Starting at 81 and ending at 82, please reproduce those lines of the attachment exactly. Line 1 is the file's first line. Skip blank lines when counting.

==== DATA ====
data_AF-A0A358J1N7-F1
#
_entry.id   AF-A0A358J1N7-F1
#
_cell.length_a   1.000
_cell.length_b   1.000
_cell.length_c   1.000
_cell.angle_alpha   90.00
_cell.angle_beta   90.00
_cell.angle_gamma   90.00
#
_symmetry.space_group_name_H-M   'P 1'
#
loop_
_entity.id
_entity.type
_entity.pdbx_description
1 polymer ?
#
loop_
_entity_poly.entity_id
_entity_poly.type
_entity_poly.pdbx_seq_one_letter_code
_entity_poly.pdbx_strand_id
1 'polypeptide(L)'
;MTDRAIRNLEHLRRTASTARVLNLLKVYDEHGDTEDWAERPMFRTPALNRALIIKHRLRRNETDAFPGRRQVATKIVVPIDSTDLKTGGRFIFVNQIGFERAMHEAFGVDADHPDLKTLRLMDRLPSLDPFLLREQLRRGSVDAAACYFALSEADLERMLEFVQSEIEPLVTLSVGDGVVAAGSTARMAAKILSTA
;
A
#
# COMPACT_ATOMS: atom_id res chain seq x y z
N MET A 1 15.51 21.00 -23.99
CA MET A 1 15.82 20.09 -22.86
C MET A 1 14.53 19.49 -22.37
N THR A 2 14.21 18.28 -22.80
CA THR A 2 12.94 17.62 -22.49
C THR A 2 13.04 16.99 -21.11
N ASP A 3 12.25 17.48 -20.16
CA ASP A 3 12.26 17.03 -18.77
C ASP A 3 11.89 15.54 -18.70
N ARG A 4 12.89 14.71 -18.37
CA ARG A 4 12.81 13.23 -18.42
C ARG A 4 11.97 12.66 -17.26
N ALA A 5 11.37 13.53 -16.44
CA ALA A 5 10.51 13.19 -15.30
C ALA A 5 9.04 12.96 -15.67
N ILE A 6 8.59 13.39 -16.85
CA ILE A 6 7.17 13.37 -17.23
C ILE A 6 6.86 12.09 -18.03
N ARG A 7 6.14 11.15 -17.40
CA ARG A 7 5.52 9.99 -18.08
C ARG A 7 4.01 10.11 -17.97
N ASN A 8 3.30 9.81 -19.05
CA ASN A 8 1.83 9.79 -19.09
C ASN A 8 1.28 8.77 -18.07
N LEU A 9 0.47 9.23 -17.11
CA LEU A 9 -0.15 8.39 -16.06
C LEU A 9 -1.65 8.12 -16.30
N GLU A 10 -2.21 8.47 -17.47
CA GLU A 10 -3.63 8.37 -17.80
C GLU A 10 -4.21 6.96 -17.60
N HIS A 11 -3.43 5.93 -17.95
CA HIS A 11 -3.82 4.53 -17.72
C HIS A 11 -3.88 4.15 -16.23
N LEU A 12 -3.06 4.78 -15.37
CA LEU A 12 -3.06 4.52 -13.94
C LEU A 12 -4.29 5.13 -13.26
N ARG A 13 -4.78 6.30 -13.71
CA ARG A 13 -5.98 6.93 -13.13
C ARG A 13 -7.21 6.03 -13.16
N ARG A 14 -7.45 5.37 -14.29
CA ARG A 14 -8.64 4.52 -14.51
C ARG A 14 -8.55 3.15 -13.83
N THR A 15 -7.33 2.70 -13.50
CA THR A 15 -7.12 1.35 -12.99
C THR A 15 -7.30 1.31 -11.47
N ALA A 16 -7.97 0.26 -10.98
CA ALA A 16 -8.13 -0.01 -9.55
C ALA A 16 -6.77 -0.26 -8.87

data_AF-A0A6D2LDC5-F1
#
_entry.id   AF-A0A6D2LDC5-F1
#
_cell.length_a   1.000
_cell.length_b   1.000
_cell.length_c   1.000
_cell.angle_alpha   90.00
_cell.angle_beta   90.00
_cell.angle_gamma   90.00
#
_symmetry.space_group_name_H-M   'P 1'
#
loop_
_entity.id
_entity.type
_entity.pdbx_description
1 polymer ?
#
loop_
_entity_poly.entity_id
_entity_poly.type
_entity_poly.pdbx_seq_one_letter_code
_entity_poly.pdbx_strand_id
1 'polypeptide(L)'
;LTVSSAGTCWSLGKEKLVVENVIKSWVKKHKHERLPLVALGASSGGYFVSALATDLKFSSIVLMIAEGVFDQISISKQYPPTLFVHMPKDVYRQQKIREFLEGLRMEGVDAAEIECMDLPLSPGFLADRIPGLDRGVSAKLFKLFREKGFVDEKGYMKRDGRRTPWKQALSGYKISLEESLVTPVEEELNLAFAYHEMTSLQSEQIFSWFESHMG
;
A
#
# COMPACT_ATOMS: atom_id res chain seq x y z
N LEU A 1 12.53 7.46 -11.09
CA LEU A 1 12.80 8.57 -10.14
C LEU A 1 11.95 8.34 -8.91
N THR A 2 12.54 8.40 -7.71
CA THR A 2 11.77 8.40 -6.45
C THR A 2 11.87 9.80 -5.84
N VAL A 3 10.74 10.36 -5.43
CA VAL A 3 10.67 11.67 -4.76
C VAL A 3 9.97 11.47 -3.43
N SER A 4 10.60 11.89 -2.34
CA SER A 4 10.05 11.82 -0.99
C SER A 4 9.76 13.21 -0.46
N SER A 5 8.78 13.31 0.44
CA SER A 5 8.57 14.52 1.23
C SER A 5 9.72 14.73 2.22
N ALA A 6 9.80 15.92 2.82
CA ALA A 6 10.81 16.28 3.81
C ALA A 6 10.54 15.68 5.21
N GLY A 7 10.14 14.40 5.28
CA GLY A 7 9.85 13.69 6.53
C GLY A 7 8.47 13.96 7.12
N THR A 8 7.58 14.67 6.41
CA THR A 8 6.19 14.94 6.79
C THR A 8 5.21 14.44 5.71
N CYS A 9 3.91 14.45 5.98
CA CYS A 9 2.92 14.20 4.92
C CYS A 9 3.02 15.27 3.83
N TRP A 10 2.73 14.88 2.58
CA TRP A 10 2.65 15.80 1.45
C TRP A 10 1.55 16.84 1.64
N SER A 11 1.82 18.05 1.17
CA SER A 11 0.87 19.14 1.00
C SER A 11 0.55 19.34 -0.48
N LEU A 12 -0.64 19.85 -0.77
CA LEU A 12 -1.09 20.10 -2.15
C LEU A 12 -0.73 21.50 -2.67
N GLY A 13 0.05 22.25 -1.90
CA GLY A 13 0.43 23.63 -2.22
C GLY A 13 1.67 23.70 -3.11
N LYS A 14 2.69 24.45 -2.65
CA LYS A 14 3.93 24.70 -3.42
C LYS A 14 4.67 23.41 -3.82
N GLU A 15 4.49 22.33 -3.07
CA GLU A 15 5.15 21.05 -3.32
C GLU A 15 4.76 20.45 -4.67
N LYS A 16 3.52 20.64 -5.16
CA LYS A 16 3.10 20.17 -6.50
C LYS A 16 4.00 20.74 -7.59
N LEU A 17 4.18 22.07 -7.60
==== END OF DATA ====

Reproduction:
_entry.id   AF-A0A6D2LDC5-F1
#